'Music is an endless journey'
November 17, 2001
Chandigarh: A disciple of Padma Bhushan Girja Devi of the Banaras Gharana, Sunanda Sharma was in the city on Friday to perform at Planet M. She began learning classical and semi-classical music from her guru in 1991. A gold medalist from Punjab University, Sunanda is the proud of recipient of the 'Outstanding Young Persons Award' instituted by Indian Junior Chambers, Chandigarh.

At Planet M, Sunanda regaled the audience with a khayal in Raga Megh, Jeeya more tarpaaiye and a tappa, O meeyan ve jaane waale.

Sunanda says her first guru is "my musician father, Sudarshan Sharma under whose training I developed an inclination towards the Banaras gharana and he was the one who prompted me to go to Banaras and learn music from Girija Deviji."

A firm believer in the guru-shishya parampara, Sunanda says, "You can only learn music when you breathe it all the time. I lived with my guru at her home for eight years and thus was surrounded by music all the time. I was continuously learning. The education never stopped. It's just like in a family where the children learn so much only by observing their parents; so is it with music which you cannot learn in an university."

She is pretty optimistic about the classical scene in the country and says, "Many kinds of music come and go but classical has always remained and would continue to thrive because this is the purest form of music which has strong links with one's roots. It's just like with good literature and poetry which have tremendous quality and would thus find its audience somehow or the other." Continuing in the same vein, she says, "Even if two people listen to us, our purpose is fulfilled."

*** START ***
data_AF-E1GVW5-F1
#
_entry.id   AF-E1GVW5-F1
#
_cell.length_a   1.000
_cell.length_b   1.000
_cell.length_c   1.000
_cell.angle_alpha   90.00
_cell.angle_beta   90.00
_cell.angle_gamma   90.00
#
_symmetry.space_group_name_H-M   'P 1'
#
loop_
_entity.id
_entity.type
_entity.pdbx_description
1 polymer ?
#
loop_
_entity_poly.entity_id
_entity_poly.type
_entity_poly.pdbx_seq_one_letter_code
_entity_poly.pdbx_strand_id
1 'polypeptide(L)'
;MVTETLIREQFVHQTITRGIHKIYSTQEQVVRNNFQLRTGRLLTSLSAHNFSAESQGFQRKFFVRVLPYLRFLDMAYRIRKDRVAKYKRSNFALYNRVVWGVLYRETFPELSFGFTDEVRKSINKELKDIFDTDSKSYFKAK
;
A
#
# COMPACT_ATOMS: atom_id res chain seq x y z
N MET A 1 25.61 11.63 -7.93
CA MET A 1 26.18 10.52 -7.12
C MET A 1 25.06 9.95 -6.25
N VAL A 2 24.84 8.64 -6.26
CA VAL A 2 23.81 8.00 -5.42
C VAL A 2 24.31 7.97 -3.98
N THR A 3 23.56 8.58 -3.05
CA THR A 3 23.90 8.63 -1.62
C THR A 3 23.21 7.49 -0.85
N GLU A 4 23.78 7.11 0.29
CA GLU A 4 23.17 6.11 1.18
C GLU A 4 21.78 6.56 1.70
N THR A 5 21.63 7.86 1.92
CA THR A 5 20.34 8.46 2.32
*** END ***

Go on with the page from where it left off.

Her advice to aspiring classical singers is that, "Experimentation is good but quality is matchless. There is name, fame, money and glory in classical singing too, though not as instant as in pop culture. However, performers should not enter the field just with the thought of getting famous but should be prepared to be fully dedicated and committed to their music, then the fruits would surely follow."

Sunanda also teaches and is a visiting professor at London University. Well versed in khayal, tappa and dadra, Sunanda says, "My journey of music, which is endless and to keep on doing my riyaaz."